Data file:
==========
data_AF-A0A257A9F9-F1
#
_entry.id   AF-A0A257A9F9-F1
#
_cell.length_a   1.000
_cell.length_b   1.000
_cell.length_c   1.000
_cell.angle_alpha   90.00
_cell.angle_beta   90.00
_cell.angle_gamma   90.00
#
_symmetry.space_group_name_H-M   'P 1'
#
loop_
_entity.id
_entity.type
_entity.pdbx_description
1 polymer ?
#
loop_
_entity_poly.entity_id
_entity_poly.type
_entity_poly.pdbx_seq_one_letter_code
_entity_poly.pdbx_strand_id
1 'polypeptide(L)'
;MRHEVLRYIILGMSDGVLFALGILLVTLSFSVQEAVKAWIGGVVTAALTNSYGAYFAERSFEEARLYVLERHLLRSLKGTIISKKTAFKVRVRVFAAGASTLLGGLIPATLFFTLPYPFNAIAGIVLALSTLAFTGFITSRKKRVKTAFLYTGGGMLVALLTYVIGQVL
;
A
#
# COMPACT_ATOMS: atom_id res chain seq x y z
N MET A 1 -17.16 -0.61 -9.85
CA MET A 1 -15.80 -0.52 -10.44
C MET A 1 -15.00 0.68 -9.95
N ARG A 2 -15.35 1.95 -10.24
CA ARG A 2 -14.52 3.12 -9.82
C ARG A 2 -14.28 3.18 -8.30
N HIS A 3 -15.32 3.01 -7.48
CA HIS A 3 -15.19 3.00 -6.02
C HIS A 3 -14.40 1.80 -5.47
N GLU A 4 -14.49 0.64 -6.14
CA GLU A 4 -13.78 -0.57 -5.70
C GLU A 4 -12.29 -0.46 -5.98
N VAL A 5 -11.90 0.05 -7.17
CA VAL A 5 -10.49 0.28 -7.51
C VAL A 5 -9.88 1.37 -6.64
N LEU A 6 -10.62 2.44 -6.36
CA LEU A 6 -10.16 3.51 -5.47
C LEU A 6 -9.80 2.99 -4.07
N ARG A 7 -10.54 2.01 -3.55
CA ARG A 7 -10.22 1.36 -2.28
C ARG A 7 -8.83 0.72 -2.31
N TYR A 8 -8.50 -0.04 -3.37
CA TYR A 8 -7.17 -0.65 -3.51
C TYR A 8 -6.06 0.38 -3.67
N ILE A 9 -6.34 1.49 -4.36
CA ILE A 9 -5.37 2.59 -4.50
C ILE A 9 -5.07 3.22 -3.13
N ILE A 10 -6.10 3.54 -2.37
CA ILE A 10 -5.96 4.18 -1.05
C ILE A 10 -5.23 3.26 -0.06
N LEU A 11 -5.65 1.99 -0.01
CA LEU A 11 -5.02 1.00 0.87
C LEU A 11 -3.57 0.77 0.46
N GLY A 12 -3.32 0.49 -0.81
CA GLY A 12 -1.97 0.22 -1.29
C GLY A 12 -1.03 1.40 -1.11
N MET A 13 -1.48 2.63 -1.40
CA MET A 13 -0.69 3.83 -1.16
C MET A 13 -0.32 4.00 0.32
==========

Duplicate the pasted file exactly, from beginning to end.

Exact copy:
data_AF-A0A257A9F9-F1
#
_entry.id   AF-A0A257A9F9-F1
#
_cell.length_a   1.000
_cell.length_b   1.000
_cell.length_c   1.000
_cell.angle_alpha   90.00
_cell.angle_beta   90.00
_cell.angle_gamma   90.00
#
_symmetry.space_group_name_H-M   'P 1'
#
loop_
_entity.id
_entity.type
_entity.pdbx_description
1 polymer ?
#
loop_
_entity_poly.entity_id
_entity_poly.type
_entity_poly.pdbx_seq_one_letter_code
_entity_poly.pdbx_strand_id
1 'polypeptide(L)'
;MRHEVLRYIILGMSDGVLFALGILLVTLSFSVQEAVKAWIGGVVTAALTNSYGAYFAERSFEEARLYVLERHLLRSLKGTIISKKTAFKVRVRVFAAGASTLLGGLIPATLFFTLPYPFNAIAGIVLALSTLAFTGFITSRKKRVKTAFLYTGGGMLVALLTYVIGQVL
;
A
#
# COMPACT_ATOMS: atom_id res chain seq x y z
N MET A 1 -17.16 -0.61 -9.85
CA MET A 1 -15.80 -0.52 -10.44
C MET A 1 -15.00 0.68 -9.95
N ARG A 2 -15.35 1.95 -10.24
CA ARG A 2 -14.52 3.12 -9.82
C ARG A 2 -14.28 3.18 -8.30
N HIS A 3 -15.32 3.01 -7.48
CA HIS A 3 -15.19 3.00 -6.02
C HIS A 3 -14.40 1.80 -5.47
N GLU A 4 -14.49 0.64 -6.14
CA GLU A 4 -13.78 -0.57 -5.70
C GLU A 4 -12.29 -0.46 -5.98
N VAL A 5 -11.90 0.05 -7.17
CA VAL A 5 -10.49 0.28 -7.51
C VAL A 5 -9.88 1.37 -6.64
N LEU A 6 -10.62 2.44 -6.36
CA LEU A 6 -10.16 3.51 -5.47
C LEU A 6 -9.80 2.99 -4.07
N ARG A 7 -10.54 2.01 -3.55
CA ARG A 7 -10.22 1.36 -2.28
C ARG A 7 -8.83 0.72 -2.31
N TYR A 8 -8.50 -0.04 -3.37
CA TYR A 8 -7.17 -0.65 -3.51
C TYR A 8 -6.06 0.38 -3.67
N ILE A 9 -6.34 1.49 -4.36
CA ILE A 9 -5.37 2.59 -4.50
C ILE A 9 -5.07 3.22 -3.13
N ILE A 10 -6.10 3.54 -2.37
CA ILE A 10 -5.96 4.18 -1.05
C ILE A 10 -5.23 3.26 -0.06
N LEU A 11 -5.65 1.99 -0.01
CA LEU A 11 -5.02 1.00 0.87
C LEU A 11 -3.57 0.77 0.46
N GLY A 12 -3.32 0.49 -0.81
CA GLY A 12 -1.97 0.22 -1.29
C GLY A 12 -1.03 1.40 -1.11
N MET A 13 -1.48 2.63 -1.40
CA MET A 13 -0.69 3.83 -1.16
C MET A 13 -0.32 4.00 0.32